GDPR and App properties

What’s the safest way to migrate from userId to accountId if userId was part of the property name?

I’ve implemented function that will remove previous properties and will create new one, but it sounds for me not GDPR ready solution. That means that my users should start migration procedure on their side and I have no control on this process. I’ve set apiMigrations->gdpr to false right now, and I see the only way to migrate my customers settings: is to ask them to migrate their data(or start this process silently, but anyway they should initiate it). Did anyone have experience with such issue?

Do anyone have suggestions, please? Appreciate your time.

@piskunovigorm - Are you talking about issue entity properties? If so, please check out ACJIRA-1723.

@akassab – not actually. But I suspect that the answer will be the same. It’s about app properties. We’ve stored small user data there (for example, list of views and customization settings for each view). App properties seems to be excellent place for such settings. It’s not big data, but it’s sensitive if user will lose it. Now we have an issue cause we’ve used from getUser() method as a part of app-property key.

Let’s say getUser() will return my as piskunovigorm. So the url to get app-property will be something like: /rest/atlassian-connect/1/addons/{addonKey}/properties/settings-piskunovigorm.

Our team prepared code to migrate this settings. But we cannot guarantee that all users will come in time to migrate data.

Why not use User Properties?

As of now you can still set them with user key, so I think you could do the following to migrate:

  1. Get all App keys
  2. parse user key
  3. Set User Property

Afterwards check on userproperties which also makes more sense than app properties tbh. - thanks for your suggestion. It makes sense.

Anyway that’s not an issue. The issue is: we cannot guarantee that user’s data will be migrated if user will come only after 29 April 2019(yeah, fantastic Slowpoke). It’s not about algorithm, it’s about: “Can we migrate data without user anyhow?”.

I mentioned our case, but now I realize that it doesn’t matter what’s the case. Developers cannot migrate add-on’s data without user.

BTW, our algorithm looks similar to yours. The only difference is usage of /api/3/user/search in order to get all users. So the general view is:

  • get all users data;
  • get all app keys;
  • find keys for each user and get its data;
  • migrate data to accountId format.

Why can’t you migrate user data without the user? Just iterate over all the properties you have created and convert them.
And of course for that you need to iterate over all your “tenants” (registered Jira instances)

@david2 – may be I’m getting this wrong. But how can I start this process without user, that opens my add-on? As I see this process: at least one user should open my plugin in order to initiate my add-on’s code. Once again, conversion is not an issue.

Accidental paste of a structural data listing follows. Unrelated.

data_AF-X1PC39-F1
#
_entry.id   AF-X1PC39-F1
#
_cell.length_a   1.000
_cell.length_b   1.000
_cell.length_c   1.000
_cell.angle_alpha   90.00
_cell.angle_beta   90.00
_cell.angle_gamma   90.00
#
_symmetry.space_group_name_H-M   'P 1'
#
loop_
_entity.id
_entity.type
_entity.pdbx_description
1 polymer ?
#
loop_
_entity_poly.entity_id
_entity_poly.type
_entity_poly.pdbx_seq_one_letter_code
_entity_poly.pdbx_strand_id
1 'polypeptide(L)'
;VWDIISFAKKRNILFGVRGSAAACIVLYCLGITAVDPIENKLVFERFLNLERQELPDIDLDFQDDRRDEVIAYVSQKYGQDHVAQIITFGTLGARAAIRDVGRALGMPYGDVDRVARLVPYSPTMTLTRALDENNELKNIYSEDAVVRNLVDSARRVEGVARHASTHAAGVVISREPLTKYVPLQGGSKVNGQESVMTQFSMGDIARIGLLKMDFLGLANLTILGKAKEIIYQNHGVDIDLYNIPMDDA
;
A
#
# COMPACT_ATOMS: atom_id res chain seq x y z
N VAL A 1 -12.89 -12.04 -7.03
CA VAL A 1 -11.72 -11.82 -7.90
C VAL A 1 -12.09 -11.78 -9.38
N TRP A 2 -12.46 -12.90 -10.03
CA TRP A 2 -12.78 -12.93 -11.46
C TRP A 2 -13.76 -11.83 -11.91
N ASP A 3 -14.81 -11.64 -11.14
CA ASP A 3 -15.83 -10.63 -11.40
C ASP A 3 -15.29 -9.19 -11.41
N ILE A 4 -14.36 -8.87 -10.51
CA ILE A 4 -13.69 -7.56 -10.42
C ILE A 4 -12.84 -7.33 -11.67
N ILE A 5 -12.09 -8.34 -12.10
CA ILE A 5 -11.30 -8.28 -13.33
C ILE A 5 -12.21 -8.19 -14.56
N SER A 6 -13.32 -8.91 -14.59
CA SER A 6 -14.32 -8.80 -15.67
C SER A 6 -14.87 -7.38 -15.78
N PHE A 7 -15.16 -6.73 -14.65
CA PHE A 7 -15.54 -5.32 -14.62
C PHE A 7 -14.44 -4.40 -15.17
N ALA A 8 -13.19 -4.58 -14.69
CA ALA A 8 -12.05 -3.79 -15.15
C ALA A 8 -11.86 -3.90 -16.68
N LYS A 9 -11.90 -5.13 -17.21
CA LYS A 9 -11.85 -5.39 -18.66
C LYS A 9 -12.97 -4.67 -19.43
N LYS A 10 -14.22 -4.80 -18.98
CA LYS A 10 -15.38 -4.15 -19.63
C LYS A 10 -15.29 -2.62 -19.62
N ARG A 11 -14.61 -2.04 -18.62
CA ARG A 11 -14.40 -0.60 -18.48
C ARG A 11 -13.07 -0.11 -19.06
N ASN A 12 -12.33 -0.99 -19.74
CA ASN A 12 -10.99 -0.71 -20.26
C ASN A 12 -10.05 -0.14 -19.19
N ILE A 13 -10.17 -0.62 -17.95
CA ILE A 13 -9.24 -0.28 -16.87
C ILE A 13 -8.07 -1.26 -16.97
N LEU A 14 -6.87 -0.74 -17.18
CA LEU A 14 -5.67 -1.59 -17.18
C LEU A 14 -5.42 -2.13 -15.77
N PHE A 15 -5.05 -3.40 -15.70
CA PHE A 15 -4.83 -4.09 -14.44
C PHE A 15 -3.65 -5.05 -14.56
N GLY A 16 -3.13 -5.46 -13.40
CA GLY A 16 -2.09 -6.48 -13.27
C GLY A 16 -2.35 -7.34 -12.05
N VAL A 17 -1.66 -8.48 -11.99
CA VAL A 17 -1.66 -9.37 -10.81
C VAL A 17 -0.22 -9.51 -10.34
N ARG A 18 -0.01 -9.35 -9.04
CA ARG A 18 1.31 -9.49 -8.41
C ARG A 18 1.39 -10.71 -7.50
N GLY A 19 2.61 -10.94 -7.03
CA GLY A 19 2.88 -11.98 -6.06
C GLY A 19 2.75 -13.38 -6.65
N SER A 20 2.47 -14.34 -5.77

@piskunovigorm there are obviously many approaches to that - you could create a private REST API, a private admin page, etc., and run the conversion from that. Don’t forget to protect this using a robust authentication mechanism.

@david2 – do you mean that I have access to app properties outside the jira instance? I know it can sound ridiculous, but how? As I know I should be authorized on each instance to make this thing work. It could be wrong understanding. Appreciate your help.

As scary as it might sound… yes. Because when customers install your app, they grant your app access to their Jira instance, and as part of that (the “/installed” hook), you store a JWT public key that allows you to “talk” to their Jira instance “as the add-on user”. So you can use that access to call the REST API of all the instances that have installed your app. How you do that depends on how you implemented your Connect app - if you used Atlassian Connect Express for example, it becomes pretty trivial.


Oh my…I didn’t realize that it would work. Thanks for your help. I appreciate your time.


I apologize for returning to this topic. But I didn’t find a way to use publicKey in order to access Atlassian instance.

I see that publicKey is a key for Atlassian product instance, but it’s not clear what’s the implementation of REST API for it. It’s not JWT key.

Also I looked through the User impersonation for Connect apps guide. For this I should add “ACT_AS_USER” scope into description file. At the same time it will not be applied to old users and I have no any userkey.

I’m trying to do it on the base of Atlassian Connect project. If you have some information or link about how it could be done with publicKey I will appreciate it.

Are you using any Atlassian SDK for your Cloud app, such as Atlassian Connect Express (ACE)?
Also, you don’t need to impersonate a user. You can do everything without impersonation, i.e. as your “add-on user”.
In your server code, how do you talk to the Jira REST API? You must be getting a REST client somehow that handles the JWT stuff, no? Aren’t you passing it the clientKey?
For example, in ACE, you can get a REST client using:
and it will take care of building the required JWT header when calling the Jira REST API. For that, it’ll look up the client instance’s public key in your registration table and build the JWT token from it.
The client key is not a user identifier but the client Jira instance identifier.

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@david2, thank you so much! I missed this part about clientKey. Yes, I’m using ACE and I’ve used this with request(req) parameter. So I thought that request should be formed by Atlassian instance. Everything works for my case now and I can start migration process. Wish you all the best. You helped to fix my understanding and motivated to read code sources of this part.